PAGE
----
Quick Resume, Smart Delivery, and more

Quick Resume is one of the most exciting features of next-generation consoles. Microsoft notes that Quick Resume allows players to suspend and resume multiple games whenever they want, picking up at the exact moment where they left off. The PS5, in contrast, does not have Quick Resume between multiple games.

Microsoft's Smart Delivery ensures that you're playing the best versions of the games you own. With Smart Delivery, the Xbox Series X recognizes if you've purchased a supported title on Xbox One and automatically provides the Xbox Series X version at no cost to you. As Microsoft puts it, "Buy a game once and play the best version across generations with Smart Delivery." Games that support Smart Delivery are decided upon by their developers and publishers.

Quick Resume is one of the most exciting features of next-generation consoles.

Sony offers nothing like Smart Delivery on PS5, but some developers and publishers are working to give players free PS5 upgrades of games they buy on PS4.

Cloud streaming

Despite a burgeoning partnership between Microsoft and Sony to Cloud streaming technology, Sony still tends to lag behind Microsoft in this regard. Some PlayStation Now games can be streamed, but Sony offers nothing like Cloud streaming with Xbox Game Pass Ultimate. What Microsoft introduced as Project xCloud in its beta phase now lets players stream games to several mobile devices. You don't even need to own the games you want to stream. Right now there's a growing library of over 200 games you can stream with an Xbox Game Pass Ultimate subscription.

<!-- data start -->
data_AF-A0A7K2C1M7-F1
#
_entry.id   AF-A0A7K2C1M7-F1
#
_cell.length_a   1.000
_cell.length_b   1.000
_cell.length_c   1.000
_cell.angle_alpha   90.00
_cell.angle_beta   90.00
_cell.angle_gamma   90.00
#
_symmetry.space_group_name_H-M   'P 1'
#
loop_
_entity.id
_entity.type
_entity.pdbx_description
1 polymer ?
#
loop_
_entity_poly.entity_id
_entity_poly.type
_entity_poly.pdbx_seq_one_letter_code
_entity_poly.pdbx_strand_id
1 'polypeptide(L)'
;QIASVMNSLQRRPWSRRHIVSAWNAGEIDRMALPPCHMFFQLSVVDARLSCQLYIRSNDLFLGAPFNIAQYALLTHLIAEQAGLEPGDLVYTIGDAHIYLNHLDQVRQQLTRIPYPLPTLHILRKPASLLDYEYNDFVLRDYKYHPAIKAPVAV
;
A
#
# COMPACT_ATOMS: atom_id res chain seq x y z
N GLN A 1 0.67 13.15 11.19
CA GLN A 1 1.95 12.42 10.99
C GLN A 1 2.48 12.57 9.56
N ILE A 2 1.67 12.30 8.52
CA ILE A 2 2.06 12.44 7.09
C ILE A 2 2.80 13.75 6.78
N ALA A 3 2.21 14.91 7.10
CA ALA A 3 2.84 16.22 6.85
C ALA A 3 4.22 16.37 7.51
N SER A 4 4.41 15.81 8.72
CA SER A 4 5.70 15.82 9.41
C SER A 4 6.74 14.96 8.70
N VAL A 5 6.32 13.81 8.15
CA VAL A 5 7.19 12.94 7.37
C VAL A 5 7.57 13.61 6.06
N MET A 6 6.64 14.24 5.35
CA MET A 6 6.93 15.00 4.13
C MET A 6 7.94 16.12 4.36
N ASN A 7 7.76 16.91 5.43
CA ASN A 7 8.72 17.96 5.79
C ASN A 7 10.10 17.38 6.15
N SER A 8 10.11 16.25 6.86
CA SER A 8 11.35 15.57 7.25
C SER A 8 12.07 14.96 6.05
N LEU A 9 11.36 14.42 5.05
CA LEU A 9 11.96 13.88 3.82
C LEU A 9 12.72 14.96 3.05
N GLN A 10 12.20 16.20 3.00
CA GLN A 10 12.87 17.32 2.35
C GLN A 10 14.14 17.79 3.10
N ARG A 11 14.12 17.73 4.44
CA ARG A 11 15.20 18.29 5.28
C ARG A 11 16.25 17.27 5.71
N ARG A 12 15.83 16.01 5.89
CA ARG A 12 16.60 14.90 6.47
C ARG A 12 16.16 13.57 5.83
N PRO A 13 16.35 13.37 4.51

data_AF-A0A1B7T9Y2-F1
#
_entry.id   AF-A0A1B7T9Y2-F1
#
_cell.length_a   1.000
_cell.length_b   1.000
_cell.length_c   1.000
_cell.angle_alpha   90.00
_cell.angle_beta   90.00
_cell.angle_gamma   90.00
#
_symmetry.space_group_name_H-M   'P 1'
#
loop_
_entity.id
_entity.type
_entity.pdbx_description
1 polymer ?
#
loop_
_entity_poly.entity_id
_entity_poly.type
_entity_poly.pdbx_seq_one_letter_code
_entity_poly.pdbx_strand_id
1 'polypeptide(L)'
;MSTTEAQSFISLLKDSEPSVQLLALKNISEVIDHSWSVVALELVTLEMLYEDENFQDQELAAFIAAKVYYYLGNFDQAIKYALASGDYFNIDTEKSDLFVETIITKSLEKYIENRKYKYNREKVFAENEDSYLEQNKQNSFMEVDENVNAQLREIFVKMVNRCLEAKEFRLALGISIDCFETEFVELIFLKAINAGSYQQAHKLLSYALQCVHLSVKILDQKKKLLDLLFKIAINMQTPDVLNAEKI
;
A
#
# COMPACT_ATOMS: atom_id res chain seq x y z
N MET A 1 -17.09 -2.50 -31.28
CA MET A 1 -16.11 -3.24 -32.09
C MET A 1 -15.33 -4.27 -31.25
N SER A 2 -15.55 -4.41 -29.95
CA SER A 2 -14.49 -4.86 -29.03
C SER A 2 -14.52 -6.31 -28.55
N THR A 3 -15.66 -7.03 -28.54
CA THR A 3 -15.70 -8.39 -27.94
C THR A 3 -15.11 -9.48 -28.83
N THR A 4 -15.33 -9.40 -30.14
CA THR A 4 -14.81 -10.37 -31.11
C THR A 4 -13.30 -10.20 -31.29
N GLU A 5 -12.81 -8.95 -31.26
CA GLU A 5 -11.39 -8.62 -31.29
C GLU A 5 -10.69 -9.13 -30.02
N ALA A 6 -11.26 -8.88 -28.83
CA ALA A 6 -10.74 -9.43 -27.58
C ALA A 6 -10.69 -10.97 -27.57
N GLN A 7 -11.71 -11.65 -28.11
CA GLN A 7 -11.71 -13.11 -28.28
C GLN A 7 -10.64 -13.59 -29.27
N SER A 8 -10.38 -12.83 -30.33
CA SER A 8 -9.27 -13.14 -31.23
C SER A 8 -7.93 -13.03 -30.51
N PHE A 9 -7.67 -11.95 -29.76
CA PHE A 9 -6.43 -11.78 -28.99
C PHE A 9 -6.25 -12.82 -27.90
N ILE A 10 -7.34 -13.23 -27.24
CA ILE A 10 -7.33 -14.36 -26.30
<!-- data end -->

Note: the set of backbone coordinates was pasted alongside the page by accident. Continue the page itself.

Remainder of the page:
PS5 vs Xbox Series X: Controllers

With every new console generation comes new controllers, this time in the form of the PS5 DualSense and Xbox Series X controller. Both companies want to improve immersion as much as possible, and they're doing so similarly with haptic feedback along with Adaptive and Impulse triggers.

PS5 DualSense controller Xbox Series X controller
Buttons PS button, touchpad, four face buttons (X, O, Triangle, Square), two triggers, two bumpers, Create, Options, D-pad, two thumbsticks Xbox home button, Menu, View, four face buttons (A,B,X,Y), two triggers, two bumpers, Share, D-pad, two thumbsticks
USB-C Yes Yes
Share button Yes (Create) Yes
Haptic feedback Yes Yes
Trigger layout Symmetrical (inline) Asymmetrical (offset)
Trigger type Adaptive triggers Impulse triggers
Battery Internal 2x AA batteries
Textured grips Yes Yes
Touchpad Yes No
Microphone Yes No
Audio jack 3.5mm 3.5mm
Release date November 12, 2020 November 10, 2020

The Adaptive triggers that Sony packs into the DualSense are more advanced than the Xbox Series X controller's Impulse triggers. They allow for players to feel varying levels of tension in their actions, a common example given is to think of the tension you'd feel while drawing back a bowstring. This tension, along with haptic feedback, creates a level of immersion that was otherwise impossible before.